More importantly, what file name and line number does it say that invalid write occurs on? (Consider posted the full output of Valgrind's error message, with traceback.)

Thread Thread
lindenouwen profile image
Lindenouwen
==6225== Memcheck, a memory error detector
==6225== Copyright (C) 2002-2017, and GNU GPL'd, by Julian Seward et al.
==6225== Using Valgrind-3.17.0 and LibVEX; rerun with -h for copyright info
==6225== Command: ./signatures
==6225== 
I succeeded in generating a key pair.
I get here
==6225== Invalid write of size 8
==6225==    at 0x109D39: PQCLEAN_DILITHIUM5AES_CLEAN_crypto_sign_signature (sign.c:179)
==6225==    by 0x109DED: PQCLEAN_DILITHIUM5AES_CLEAN_crypto_sign (sign.c:210)
==6225==    by 0x1096D2: Signature::signMessage(unsigned char*, unsigned long*, unsigned char const*, unsigned long) (Signature.cpp:73)
==6225==    by 0x10946C: main (main.cpp:35)
==6225==  Address 0x1 is not stack'd, malloc'd or (recently) free'd
==6225== 
==6225== 
==6225== Process terminating with default action of signal 11 (SIGSEGV)
==6225==  Access not within mapped region at address 0x1
==6225==    at 0x109D39: PQCLEAN_DILITHIUM5AES_CLEAN_crypto_sign_signature (sign.c:179)
==6225==    by 0x109DED: PQCLEAN_DILITHIUM5AES_CLEAN_crypto_sign (sign.c:210)
==6225==    by 0x1096D2: Signature::signMessage(unsigned char*, unsigned long*, unsigned char const*, unsigned long) (Signature.cpp:73)
==6225==    by 0x10946C: main (main.cpp:35)
==6225==  If you believe this happened as a result of a stack
==6225==  overflow in your program's main thread (unlikely but
==6225==  possible), you can try to increase the size of the
==6225==  main thread stack using the --main-stacksize= flag.
==6225==  The main thread stack size used in this run was 8388608.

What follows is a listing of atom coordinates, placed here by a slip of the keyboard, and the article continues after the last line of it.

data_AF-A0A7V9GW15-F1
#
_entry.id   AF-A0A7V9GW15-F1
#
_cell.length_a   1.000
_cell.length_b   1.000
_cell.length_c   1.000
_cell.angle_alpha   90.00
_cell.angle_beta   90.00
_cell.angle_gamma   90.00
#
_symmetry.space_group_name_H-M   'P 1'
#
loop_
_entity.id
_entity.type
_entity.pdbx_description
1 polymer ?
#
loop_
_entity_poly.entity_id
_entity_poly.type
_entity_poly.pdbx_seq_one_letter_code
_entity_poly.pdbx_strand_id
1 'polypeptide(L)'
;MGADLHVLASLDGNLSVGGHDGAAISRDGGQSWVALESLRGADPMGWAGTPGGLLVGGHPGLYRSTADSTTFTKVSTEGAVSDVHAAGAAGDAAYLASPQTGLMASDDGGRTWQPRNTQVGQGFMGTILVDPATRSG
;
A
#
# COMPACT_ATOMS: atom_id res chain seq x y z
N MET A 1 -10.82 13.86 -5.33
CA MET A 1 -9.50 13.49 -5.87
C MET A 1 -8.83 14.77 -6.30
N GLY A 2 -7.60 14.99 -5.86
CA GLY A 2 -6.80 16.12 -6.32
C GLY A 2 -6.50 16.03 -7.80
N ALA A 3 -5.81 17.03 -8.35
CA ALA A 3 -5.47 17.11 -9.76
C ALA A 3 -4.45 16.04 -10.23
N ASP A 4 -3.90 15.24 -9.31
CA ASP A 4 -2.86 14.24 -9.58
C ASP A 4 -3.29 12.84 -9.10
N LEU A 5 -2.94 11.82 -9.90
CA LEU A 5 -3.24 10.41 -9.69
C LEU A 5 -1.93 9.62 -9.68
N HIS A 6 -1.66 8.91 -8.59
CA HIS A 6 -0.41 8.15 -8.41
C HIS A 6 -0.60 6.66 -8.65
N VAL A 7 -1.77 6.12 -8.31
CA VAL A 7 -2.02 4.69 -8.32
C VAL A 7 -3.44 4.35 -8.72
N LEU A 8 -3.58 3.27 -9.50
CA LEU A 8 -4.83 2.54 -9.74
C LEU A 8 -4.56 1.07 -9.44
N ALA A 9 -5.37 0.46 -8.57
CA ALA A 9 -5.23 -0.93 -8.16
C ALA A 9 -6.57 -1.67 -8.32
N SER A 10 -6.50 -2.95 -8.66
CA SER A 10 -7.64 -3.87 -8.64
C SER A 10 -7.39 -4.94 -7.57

I got infor loop works==6225== 
==6225== HEAP SUMMARY:
==6225==     in use at exit: 28 bytes in 1 blocks
==6225==   total heap usage: 11 allocs, 10 frees, 75,396 bytes allocated
==6225== 
==6225== LEAK SUMMARY:
==6225==    definitely lost: 0 bytes in 0 blocks
==6225==    indirectly lost: 0 bytes in 0 blocks
==6225==      possibly lost: 0 bytes in 0 blocks
==6225==    still reachable: 28 bytes in 1 blocks
==6225==         suppressed: 0 bytes in 0 blocks
==6225== Rerun with --leak-check=full to see details of leaked memory
==6225== 
==6225== For lists of detected and suppressed errors, rerun with: -s
==6225== ERROR SUMMARY: 1 errors from 1 contexts (suppressed: 0 from 0)
Segmentation fault (core dumped)
Enter fullscreen mode Exit fullscreen mode

Here is the valgrind error message. The problem happens inside another file than the two above this one although the problem can't be there because, as said above, this is code from an almost NIST standard in post quantum and has been reviewed in correctness. For completeness, here is the code:

#include "packing.h"
#include "params.h"
#include "poly.h"
#include "polyvec.h"
#include "sign.h"
#include "randombytes.h"
#include "symmetric.h"
#include "fips202.h"
#include <stdio.h>

#include <stdint.h>

/*************************************************
* Name:        PQCLEAN_DILITHIUM5AES_CLEAN_crypto_sign_keypair
*
* Description: Generates public and private key.
*
* Arguments:   - uint8_t *pk: pointer to output public key (allocated
*                             array of PQCLEAN_DILITHIUM5AES_CLEAN_CRYPTO_PUBLICKEYBYTES bytes)
*              - uint8_t *sk: pointer to output private key (allocated
*                             array of PQCLEAN_DILITHIUM5AES_CLEAN_CRYPTO_SECRETKEYBYTES bytes)
*
* Returns 0 (success)
**************************************************/
int PQCLEAN_DILITHIUM5AES_CLEAN_crypto_sign_keypair(uint8_t *pk, uint8_t *sk) {
    uint8_t seedbuf[2 * SEEDBYTES + CRHBYTES];
    uint8_t tr[SEEDBYTES];
    const uint8_t *rho, *rhoprime, *key;
    polyvecl mat[K];
    polyvecl s1, s1hat;
    polyveck s2, t1, t0;
    /* Get randomness for rho, rhoprime and key */
    randombytes(seedbuf, SEEDBYTES);
    shake256(seedbuf, 2 * SEEDBYTES + CRHBYTES, seedbuf, SEEDBYTES);
    rho = seedbuf;
    rhoprime = rho + SEEDBYTES;
    key = rhoprime + CRHBYTES;

    /* Expand matrix */
    PQCLEAN_DILITHIUM5AES_CLEAN_polyvec_matrix_expand(mat, rho);

    /* Sample short vectors s1 and s2 */
    PQCLEAN_DILITHIUM5AES_CLEAN_polyvecl_uniform_eta(&s1, rhoprime, 0);
    PQCLEAN_DILITHIUM5AES_CLEAN_polyveck_uniform_eta(&s2, rhoprime, L);

    /* Matrix-vector multiplication */
    s1hat = s1;
    PQCLEAN_DILITHIUM5AES_CLEAN_polyvecl_ntt(&s1hat);
    PQCLEAN_DILITHIUM5AES_CLEAN_polyvec_matrix_pointwise_montgomery(&t1, mat, &s1hat);
    PQCLEAN_DILITHIUM5AES_CLEAN_polyveck_reduce(&t1);
    PQCLEAN_DILITHIUM5AES_CLEAN_polyveck_invntt_tomont(&t1);

    /* Add error vector s2 */
    PQCLEAN_DILITHIUM5AES_CLEAN_polyveck_add(&t1, &t1, &s2);

    /* Extract t1 and write public key */
    PQCLEAN_DILITHIUM5AES_CLEAN_polyveck_caddq(&t1);
    PQCLEAN_DILITHIUM5AES_CLEAN_polyveck_power2round(&t1, &t0, &t1);